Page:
Terrance Frazier, co-owner of City of Gods boutique, gets spiritual about fashion
By By Jordannah Elizabeth
Aug 19, 2015 | 3:00 AM
Terrance Frazier walks out of the 90-degree afternoon into City of Gods, his shop on Hollins Street. He greets Idris, his business partner, and a group of friends who are sitting quietly at the far end of the store. His friends don't get up to greet Frazier, acknowledging his presence as if he never left.
"We have a reality show pilot that we're filming," Frazier says. "We're doing 20 hours and we're trying to sell it to two networks. So, we have 10 different personalities that are here in the store. Everyone has a different flavor they add to the store."
City of Gods, a fashion boutique that is also known for its community-oriented events, has, for some, become the unpretentious standard of urban sophistication. "A lot of people don't see what we do behind the scenes," Frazier says. "People come in and it seems like we sit around and just chill. I think Jay Z said it best when he said, 'the hardest part is making this look easy.'"
It wasn't easy. Frazier grew up in Queens, New York. His father specialized in photography dye transfer, an art where color is manually augmented in photographs. Photography dye transfer was practically destroyed by Photoshop and similar programs. His mother was a music teacher.
As a young man, he was introduced to fashion in Manhattan, where in the '80s he was exposed to urban wear and fashion lines such as Yves Saint Laurent and Missoni, along with Coca-Cola advertisements, all of which inspired him, trained his eye, and eventually allowed him to bring the SoHo aesthetic to his own store in Baltimore, where he came to study history at Morgan State University.
Eventually, it was fashion and not history that brought about the connection to the community that he craved.
In 2009, during the recession, he pitched in with two partners—each of whom had his own line—to create City of Gods, in Hollins Market. The name was inspired by the Brazilian movie "City of God," which details the struggles of two young men growing up in a tough neighborhood in Rio de Janeiro—one becomes a drug dealer, the other an artist. But Frazier and his partners wanted to stress the idea that everyone has a god within, so they added the "s," pluralizing and democratizing the divinity. The customers caught on to the "sanctuary" vibe and the store became known as a hip and "conscious" space—used in the sense as "conscious hip-hop," rap by progressive and sometimes spiritual artists.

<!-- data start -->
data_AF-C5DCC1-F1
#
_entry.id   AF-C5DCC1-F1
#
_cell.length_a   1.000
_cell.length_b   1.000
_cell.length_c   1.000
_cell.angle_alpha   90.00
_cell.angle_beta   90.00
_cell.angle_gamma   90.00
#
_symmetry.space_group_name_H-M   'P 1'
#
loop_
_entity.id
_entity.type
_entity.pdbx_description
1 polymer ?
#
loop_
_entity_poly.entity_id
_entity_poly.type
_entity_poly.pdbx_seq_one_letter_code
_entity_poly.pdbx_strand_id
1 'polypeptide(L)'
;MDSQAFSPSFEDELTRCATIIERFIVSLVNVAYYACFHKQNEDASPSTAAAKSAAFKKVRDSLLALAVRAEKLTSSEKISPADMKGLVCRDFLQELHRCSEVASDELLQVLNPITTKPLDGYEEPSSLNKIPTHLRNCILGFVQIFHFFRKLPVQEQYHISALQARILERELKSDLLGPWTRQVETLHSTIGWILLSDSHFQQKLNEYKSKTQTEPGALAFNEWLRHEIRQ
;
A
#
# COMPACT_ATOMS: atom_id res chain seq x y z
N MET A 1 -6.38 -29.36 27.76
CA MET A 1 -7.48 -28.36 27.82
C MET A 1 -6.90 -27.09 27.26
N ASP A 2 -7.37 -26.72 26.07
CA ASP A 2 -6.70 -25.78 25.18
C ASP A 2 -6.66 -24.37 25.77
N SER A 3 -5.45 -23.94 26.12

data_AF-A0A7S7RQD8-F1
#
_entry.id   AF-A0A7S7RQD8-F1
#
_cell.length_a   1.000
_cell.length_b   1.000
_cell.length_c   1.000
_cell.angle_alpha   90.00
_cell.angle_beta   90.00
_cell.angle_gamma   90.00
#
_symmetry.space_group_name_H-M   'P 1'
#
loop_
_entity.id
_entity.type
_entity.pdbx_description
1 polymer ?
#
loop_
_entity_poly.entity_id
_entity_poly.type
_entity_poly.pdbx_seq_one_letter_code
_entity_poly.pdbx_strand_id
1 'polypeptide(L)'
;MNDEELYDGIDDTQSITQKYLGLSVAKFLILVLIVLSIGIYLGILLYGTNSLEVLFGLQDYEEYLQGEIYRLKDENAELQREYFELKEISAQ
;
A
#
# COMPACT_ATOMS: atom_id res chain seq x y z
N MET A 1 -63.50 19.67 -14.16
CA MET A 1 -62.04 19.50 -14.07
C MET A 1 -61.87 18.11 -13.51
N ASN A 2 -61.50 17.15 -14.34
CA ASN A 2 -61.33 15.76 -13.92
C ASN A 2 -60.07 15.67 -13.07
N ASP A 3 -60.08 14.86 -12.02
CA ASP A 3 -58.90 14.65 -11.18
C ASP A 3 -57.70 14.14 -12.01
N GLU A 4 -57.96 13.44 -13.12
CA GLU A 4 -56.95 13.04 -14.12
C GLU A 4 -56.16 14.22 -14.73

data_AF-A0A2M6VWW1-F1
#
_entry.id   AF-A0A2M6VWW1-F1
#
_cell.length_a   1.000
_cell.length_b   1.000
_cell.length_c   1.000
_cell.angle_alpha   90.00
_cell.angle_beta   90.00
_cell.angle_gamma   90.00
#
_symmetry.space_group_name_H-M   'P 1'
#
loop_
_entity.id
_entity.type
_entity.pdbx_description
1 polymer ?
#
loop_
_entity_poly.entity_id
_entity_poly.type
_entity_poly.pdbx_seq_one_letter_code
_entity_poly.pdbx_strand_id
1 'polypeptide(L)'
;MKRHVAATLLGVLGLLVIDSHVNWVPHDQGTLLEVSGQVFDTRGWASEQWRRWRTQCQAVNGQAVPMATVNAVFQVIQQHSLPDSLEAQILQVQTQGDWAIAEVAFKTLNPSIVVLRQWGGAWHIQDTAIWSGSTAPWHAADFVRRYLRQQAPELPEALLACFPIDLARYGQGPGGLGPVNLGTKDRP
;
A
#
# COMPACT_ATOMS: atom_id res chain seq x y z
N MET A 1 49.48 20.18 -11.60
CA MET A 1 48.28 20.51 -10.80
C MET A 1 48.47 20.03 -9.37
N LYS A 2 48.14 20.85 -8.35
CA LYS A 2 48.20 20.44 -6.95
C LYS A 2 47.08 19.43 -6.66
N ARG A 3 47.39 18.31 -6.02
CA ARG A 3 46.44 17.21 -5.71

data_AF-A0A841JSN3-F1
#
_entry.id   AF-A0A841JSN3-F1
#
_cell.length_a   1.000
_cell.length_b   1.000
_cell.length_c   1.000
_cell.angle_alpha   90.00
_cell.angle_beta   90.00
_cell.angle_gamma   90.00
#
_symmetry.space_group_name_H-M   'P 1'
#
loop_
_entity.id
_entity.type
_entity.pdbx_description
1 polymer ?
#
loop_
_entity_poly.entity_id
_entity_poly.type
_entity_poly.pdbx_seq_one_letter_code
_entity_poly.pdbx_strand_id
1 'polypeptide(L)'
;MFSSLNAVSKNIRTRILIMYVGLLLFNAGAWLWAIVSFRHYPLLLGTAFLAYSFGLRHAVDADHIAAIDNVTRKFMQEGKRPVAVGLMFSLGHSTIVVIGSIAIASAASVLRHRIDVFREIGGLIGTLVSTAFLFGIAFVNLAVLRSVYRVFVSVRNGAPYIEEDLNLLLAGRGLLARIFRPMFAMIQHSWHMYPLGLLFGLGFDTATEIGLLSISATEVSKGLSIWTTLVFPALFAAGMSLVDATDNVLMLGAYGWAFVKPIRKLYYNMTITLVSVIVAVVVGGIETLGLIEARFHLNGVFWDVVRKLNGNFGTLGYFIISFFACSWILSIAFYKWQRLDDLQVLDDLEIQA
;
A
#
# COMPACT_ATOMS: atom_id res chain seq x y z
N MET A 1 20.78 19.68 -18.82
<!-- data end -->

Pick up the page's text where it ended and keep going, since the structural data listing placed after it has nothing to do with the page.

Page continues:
"People really like the 's' on the end of God," Frazier says. "People say, 'Hey! I have God inside of me. If you have something that's going on that's good and great, let's go.'"
Frazier is popular around the market. Walking out of the store, he is greeted by passing residents and neighboring business owners. "This is an average area. A lot of people think it's the hood," he says. "It's really not 'the hood' because it's between homeowners who are doctors, nurses, and lawyers, but there are drug dealers too. It's really gentrified. A block away there are white homeowners living in 300 and $400,000 homes, and then the next block over it's 1960s leftovers from the riots."
As he steps into Mi Ranchito Restaurant, City of Gods' next door neighbor and "business BFF," he indulges the constant demands of his friends and community. He hands out $6 to two friends who need change to order beverages, he talks with the owner of the restaurant who approaches his table to say hello, and shakes hands with about 10 other people.
"We're doing things that people have never actually done before, which is bridge a lot of gaps," he says. "We get national exposure, but we're still in the community, we're accessible. We put on events that attract a lot of different groups of people. We may get skateboarders, we may get trap music [artists] . . . This isn't just an 'urban sophistication' brand, this is something that crosses into artistry, touching poetry and authors."
Frazier is a natural figurehead for the store—which, it becomes clear, is as much a movement as a retail venture—because of his open demeanor and flowing conversational skills. "I'm like the evangelist of City of Gods, so I spread the good message," he says. "Somebody else is going to spread the good parties, but we all come together on a common ground."